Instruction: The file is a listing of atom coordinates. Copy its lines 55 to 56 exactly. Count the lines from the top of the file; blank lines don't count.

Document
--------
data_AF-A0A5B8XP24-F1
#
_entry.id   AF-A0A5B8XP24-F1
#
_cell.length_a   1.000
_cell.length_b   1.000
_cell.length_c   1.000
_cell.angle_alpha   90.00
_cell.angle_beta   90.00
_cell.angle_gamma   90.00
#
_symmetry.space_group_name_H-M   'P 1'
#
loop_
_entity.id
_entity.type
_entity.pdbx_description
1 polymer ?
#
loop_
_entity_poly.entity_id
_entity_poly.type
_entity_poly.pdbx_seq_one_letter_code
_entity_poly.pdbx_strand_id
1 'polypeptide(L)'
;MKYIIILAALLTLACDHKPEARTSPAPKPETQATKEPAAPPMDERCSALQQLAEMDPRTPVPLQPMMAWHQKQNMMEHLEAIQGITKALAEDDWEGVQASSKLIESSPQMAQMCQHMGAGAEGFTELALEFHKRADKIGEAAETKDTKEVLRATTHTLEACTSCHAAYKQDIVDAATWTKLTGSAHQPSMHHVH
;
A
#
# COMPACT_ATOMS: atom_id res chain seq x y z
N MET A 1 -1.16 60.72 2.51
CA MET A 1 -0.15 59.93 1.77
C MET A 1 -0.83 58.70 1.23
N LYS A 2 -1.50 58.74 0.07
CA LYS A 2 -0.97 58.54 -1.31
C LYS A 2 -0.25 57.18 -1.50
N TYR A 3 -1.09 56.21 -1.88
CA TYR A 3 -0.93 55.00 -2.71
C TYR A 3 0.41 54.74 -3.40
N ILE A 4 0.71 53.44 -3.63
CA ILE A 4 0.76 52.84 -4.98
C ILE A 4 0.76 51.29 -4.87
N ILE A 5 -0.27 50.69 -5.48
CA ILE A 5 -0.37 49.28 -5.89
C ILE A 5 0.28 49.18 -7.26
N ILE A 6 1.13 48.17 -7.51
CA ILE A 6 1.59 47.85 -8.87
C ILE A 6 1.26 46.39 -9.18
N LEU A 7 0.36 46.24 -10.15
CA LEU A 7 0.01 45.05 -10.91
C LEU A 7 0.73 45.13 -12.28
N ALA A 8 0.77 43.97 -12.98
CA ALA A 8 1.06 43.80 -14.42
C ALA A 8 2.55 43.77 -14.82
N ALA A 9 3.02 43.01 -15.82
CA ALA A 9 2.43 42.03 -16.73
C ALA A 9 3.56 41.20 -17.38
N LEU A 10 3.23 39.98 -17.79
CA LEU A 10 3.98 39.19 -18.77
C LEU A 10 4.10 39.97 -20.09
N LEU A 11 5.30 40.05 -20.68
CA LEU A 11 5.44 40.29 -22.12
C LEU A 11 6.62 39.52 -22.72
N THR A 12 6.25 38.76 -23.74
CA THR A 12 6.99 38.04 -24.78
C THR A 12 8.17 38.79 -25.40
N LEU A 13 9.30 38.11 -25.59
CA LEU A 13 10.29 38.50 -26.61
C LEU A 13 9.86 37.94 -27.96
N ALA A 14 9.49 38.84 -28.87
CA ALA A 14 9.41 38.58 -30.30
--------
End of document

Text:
N ALA A 9 3.02 43.01 -15.82
CA ALA A 9 2.43 42.03 -16.73